Monday, September 12, 2005


I was one of the first to purchase an an iPod Nano The size is amazing. The functionality is all you would expect. It combines the ability to have a photo album that you can almost slip in your wallet with tons of tunes. The screen is bright. On a trip this morning I have listened to it from about 6 AM to now and it is still going strong. It is an insanely great product. When I bought mine at the end of the first day it was announced the Apple Store in Sacramento had sold more than four cartons (150 each) out of that store.

Questions of Wonder

The news this weekend had a couple of stories that, IMHO, were incongruous. On the one hand a couple of news outlets carried major stories on how Bush's friends were getting the clean up booty from Katrina. On the other there was a story about the CEO of one of those companies, the Shaw Group, who happens to be the Chair of the Democrat Party in Louisiana. The Louisiana Democratic Party Website lists James Bernhard as its chair and also as the CEO of Shaw. Before one made charges like this wouldn't it be better to do at least a little reporting.

It seems that many of the media are more interested in spreading what seems to be in the streets of New Orleans rather than trying to cover the news. Just how many firms in the nation can handle the size of the jobs that the federal government has designated to help the city recover? Why should everything always be a conspiracy?

Sunday, September 11, 2005

The end of a pretty good season

Tonight the Rivercats lost to the Tacoma Raniers for the Pacific Division Championship. Like last night's game - they should have won it. Tonight they had 14 hits but only were able to generate 2 runs. Tacoma scored 5 on eight hits. They had plenty of chances, like they did last night. But they just could not finish the job. For this series every game was won by the away team. We went eleven innings tonight and ten last night - so we certainly got our money's worth. Gone were some of the power hitters of last year's team.

This was a fun season nonetheless. Our section, 107, developed a camaraderie that made the games more interesting. There are a couple in the group that really know the ins and outs of baseball and then the rest of us that simply enjoy the relaxing nature of the game. As you could see from the earlier posts there were several funny times. A couple of games we woulda, coulda, shoulda. There were some disappointing seasons and also some that really shined.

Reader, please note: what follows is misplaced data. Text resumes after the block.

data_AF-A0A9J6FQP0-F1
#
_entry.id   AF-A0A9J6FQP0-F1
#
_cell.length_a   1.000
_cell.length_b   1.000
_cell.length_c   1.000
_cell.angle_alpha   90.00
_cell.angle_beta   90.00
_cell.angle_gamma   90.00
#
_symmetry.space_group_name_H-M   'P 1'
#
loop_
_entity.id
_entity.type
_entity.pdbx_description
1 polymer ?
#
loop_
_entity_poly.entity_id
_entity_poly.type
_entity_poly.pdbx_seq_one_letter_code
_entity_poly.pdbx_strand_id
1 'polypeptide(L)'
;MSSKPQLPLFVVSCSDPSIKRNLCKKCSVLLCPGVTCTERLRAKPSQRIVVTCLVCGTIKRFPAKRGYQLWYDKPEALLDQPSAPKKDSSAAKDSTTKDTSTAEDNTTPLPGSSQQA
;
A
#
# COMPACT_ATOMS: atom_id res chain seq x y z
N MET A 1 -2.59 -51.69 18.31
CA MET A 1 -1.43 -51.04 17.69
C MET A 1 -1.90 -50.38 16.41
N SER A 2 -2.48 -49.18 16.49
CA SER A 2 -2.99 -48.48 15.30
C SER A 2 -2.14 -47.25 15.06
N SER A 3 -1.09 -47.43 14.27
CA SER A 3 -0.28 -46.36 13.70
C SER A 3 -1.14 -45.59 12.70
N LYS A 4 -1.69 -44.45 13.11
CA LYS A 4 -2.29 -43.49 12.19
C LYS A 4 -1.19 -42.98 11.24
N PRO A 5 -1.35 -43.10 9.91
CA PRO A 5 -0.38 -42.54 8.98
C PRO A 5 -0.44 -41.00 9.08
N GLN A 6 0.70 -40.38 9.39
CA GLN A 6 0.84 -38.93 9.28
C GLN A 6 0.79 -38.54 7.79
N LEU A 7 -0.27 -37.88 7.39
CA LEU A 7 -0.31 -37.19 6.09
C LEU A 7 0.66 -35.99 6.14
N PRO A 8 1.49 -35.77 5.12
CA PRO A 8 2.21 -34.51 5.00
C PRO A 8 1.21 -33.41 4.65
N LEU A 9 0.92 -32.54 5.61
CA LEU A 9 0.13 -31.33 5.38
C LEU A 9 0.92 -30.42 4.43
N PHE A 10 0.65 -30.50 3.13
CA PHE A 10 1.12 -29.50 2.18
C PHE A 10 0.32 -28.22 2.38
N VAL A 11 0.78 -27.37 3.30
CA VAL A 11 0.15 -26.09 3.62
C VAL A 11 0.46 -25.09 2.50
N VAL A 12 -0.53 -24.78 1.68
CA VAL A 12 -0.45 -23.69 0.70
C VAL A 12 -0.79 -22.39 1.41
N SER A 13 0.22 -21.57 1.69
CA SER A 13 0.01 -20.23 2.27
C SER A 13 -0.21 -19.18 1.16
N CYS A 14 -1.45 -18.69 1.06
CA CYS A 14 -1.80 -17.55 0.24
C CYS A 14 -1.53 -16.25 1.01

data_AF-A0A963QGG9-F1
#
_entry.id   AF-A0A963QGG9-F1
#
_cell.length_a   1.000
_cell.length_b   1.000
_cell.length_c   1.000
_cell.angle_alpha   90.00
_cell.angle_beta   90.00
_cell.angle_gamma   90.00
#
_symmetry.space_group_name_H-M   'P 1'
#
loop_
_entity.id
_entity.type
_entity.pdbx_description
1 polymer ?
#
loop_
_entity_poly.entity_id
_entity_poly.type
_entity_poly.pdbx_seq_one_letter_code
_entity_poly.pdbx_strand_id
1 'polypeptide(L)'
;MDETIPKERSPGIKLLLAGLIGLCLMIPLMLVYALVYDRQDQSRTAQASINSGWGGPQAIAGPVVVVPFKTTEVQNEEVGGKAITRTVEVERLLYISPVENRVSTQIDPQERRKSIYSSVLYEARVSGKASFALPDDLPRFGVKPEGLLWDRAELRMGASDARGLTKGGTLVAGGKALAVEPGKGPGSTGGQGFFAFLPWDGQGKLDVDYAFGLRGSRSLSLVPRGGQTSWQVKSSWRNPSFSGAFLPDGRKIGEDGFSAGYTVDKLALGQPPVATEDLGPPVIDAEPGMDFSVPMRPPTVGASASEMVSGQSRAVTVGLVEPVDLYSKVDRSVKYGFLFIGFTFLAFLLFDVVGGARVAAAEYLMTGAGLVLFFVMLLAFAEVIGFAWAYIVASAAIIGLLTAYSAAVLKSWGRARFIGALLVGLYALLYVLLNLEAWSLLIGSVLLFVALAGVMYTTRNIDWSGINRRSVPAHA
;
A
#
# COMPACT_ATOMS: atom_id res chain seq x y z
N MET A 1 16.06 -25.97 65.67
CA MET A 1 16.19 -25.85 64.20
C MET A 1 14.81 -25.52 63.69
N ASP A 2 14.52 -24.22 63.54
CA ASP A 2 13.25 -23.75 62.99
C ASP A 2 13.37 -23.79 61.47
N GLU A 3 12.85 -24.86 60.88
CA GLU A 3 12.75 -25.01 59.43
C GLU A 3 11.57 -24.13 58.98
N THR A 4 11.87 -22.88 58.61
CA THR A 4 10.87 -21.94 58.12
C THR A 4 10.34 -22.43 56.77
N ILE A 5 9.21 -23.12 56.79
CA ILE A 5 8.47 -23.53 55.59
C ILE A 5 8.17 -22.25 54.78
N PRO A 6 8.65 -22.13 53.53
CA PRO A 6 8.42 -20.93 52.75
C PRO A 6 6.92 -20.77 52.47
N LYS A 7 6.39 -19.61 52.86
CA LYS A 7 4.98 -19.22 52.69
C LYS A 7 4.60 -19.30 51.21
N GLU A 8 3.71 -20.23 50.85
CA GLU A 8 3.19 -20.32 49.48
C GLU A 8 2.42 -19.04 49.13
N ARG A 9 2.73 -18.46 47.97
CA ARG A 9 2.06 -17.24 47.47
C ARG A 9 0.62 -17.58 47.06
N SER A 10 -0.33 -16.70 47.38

Tacoma goes on to play Nashville for the Championship and we go back to a more normal life - no baseball for several months but Opera next weekend (Barber of Seville) and lots of travel in the fall. Even a chance for the section to get together in October.

We will never forget


Saturday, September 10, 2005

10 Innings but one game left

Tonight's game with the Tacoma Raniers was an uneven one. They had some monumental defensive plays - in the 5th and 7th - unbelievable catches. We had scoring opportunities in the 2,3,4,5,6,7 and were not able to capitalize on them. In each of the first four games of the series the home team lost. Garcia was in only for a short time tonight and did not look as sharp as he had in the two previous appearances in Tacoma. Mabeus showed up tonight. They offered up seven pitchers. But now we come down to the key game of the season - if we win we go on to the PCL championship against either Nashville or Oklahoma. If we lose - we are done for the season.

Friday, September 09, 2005

A respite

One image from Xochomilcho

Here is a shot from Mexico. I like it a lot.

Where's Carly

CNET posted today that Carly Fiorinna, still living on her fat severence for running HP into the ground has signed on to Revolution Health Group's board. She is a part of an august group that includes Steve Case - the wizard who combined AOL and Time Warner only to have the company fleeced from him (all the while destroying shareholder equity) and Franklin Raines who left Fannie Mae after some substantial criticism about accounting manipulations. Sounds like a good group.